The Erotics of Materialism: Lucretius and Early Modern Poetics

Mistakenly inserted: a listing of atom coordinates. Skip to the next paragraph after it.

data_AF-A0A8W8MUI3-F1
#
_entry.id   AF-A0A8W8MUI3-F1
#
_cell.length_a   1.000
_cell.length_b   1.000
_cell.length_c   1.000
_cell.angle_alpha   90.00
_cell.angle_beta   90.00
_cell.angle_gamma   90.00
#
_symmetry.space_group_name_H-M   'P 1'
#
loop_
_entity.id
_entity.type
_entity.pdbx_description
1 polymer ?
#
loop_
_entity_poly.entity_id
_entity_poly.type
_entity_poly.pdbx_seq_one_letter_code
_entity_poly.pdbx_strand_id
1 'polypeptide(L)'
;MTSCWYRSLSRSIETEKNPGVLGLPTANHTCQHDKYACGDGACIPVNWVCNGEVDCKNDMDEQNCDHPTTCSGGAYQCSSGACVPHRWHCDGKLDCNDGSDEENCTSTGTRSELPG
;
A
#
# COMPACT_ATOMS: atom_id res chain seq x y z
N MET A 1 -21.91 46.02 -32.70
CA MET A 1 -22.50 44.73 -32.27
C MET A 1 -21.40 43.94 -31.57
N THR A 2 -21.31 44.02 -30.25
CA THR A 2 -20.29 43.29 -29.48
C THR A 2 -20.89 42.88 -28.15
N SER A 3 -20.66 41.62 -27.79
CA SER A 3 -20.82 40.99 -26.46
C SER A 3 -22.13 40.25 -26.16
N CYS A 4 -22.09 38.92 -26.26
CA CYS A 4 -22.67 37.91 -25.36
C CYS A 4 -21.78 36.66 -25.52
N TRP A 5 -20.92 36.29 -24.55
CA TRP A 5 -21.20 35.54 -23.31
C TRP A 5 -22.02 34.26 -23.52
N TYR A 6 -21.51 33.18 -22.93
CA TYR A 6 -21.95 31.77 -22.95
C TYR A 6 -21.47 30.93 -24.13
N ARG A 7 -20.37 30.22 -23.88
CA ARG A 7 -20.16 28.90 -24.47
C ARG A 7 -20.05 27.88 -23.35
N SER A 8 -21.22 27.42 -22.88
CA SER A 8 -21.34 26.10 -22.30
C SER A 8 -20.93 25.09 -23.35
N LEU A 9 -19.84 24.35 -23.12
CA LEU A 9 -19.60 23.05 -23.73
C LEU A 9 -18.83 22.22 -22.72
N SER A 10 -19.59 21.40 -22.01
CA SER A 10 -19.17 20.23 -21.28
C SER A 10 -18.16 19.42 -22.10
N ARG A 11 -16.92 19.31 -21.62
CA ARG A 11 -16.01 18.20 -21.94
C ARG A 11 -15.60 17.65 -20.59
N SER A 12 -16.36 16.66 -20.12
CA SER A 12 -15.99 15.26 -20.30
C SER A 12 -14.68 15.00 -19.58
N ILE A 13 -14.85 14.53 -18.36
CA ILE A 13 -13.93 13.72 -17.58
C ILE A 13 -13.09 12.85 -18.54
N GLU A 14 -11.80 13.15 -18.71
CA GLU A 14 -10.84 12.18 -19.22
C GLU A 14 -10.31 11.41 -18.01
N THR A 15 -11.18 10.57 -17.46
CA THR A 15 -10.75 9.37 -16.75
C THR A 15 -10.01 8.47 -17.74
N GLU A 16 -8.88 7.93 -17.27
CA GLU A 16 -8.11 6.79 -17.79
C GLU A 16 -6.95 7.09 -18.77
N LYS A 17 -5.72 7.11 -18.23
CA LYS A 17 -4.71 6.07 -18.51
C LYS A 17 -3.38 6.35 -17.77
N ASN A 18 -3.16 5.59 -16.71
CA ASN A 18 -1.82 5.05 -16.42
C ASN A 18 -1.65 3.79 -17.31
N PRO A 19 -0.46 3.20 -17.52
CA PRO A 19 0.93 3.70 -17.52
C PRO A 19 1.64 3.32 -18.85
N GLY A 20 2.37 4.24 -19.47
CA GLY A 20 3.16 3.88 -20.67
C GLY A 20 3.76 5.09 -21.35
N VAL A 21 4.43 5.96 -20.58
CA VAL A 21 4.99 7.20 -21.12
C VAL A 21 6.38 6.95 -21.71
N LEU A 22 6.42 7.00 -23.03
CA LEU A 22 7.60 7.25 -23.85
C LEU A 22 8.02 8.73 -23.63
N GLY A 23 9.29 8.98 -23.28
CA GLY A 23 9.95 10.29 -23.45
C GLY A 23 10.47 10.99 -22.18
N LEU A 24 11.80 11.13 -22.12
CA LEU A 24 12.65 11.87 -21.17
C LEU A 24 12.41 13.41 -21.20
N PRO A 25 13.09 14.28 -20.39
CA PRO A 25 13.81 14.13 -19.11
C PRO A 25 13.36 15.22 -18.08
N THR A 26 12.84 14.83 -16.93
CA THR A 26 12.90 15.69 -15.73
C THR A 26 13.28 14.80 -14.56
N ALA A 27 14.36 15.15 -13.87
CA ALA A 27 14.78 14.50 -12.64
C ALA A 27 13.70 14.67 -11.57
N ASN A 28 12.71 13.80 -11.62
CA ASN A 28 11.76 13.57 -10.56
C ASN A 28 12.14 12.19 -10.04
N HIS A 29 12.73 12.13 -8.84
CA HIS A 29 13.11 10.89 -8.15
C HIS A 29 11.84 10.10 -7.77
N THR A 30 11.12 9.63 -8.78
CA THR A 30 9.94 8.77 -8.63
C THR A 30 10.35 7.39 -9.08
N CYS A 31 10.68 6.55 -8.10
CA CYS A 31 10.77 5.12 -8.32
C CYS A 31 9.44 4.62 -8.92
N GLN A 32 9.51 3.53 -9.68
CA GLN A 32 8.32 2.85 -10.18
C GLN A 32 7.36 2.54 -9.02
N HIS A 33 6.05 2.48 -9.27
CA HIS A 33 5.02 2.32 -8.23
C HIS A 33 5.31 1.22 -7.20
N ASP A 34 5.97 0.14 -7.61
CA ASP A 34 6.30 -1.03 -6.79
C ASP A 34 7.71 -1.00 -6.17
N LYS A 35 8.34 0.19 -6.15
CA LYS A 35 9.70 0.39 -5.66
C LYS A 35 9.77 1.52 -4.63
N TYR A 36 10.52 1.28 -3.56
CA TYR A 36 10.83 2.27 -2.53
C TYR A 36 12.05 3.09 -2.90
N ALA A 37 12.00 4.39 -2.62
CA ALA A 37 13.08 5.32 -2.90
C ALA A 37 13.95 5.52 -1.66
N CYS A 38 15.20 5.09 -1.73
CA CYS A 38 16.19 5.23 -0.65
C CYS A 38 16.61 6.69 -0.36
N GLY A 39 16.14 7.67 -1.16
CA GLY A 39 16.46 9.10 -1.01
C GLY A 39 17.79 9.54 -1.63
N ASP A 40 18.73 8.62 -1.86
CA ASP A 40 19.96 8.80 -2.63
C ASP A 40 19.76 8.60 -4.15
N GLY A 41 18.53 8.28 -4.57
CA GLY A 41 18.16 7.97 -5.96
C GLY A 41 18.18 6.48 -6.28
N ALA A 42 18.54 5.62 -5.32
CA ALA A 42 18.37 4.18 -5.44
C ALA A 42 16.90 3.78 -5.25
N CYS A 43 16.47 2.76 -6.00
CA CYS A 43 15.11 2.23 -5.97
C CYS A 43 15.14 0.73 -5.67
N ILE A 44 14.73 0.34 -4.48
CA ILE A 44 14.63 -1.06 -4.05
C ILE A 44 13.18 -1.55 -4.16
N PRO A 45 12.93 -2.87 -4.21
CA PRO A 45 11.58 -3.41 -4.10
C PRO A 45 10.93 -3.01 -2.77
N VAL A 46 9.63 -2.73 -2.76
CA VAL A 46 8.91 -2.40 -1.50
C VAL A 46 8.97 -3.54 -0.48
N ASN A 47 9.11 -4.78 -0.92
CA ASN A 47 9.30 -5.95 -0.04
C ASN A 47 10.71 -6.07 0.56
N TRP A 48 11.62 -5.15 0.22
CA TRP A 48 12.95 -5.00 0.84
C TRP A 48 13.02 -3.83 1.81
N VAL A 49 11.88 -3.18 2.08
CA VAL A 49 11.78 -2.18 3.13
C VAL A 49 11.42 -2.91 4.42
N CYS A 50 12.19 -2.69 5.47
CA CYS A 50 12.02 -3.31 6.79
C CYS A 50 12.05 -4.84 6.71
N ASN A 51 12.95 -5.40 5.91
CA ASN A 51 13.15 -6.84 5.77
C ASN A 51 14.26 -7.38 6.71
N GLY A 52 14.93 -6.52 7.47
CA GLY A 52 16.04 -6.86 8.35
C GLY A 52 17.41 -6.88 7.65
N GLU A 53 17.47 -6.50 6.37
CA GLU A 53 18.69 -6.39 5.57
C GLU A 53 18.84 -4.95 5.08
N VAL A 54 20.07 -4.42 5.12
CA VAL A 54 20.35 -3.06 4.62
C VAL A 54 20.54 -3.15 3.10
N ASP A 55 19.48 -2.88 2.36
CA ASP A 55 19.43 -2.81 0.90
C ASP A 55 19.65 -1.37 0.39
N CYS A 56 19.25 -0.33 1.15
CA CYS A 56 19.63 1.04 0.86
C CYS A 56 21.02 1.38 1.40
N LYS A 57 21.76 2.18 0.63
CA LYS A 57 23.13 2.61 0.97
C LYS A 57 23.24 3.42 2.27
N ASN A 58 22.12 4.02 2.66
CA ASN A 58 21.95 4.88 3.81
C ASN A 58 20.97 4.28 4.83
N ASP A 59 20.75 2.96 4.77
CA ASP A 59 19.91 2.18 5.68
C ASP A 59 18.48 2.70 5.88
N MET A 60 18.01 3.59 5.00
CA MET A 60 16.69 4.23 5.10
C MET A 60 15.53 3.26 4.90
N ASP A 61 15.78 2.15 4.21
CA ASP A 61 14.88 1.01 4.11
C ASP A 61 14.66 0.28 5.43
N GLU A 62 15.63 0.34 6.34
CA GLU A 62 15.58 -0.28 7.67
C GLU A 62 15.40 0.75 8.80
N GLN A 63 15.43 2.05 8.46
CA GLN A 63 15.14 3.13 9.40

In The Erotics of Materialism, Jessie Hock maps theintersection of poetry and natural philosophy in the early modernreception of Lucretius and his De rerum natura. Subtlyrevising an ancient atomist tradition that condemned poetry asfrivolous, Lucretius asserted a central role for verse in thepractice of natural philosophy and gave the figurative realm apowerful claim on the real by maintaining that mental and poeticimages have material substance and a presence beyond the mind orpage. Attending to Lucretius's own emphasis on poetry, Hock showsthat early modern readers and writers were alert to the fact thatLucretian materialism entails a theory of the imagination and,ultimately, a poetics, which they were quick to absorb and adapt totheir own uses.Focusing on the work of Pierre de Ronsard, Remy Belleau, JohnDonne, Lucy Hutchinson, and Margaret Cavendish, The Erotics ofMaterialism demonstrates how these poets drew on Lucretius toexplore poetry's power to act in the world. Hock argues that evenas classical atomist ideas contributed to the rise of empiricalscientific methodologies that downgraded the capacity of the humanimagination to explain material phenomena, Lucretian poetics cameto stand for a poetry that gives the imagination a purchase on thereal, from the practice of natural philosophy to that ofpolitics.In her reading of Lucretian influence, Hock reveals how earlymodern poets were invested in what Lucretius posits as themateriality of fantasy and his expression of it in a language ofdesire, sex, and love. For early modern poets, Lucretian eroticismwas poetic method, and De rerum natura a treatise on thepoetic imagination, initiating an atomist genealogy at the heart ofthe lyric tradition.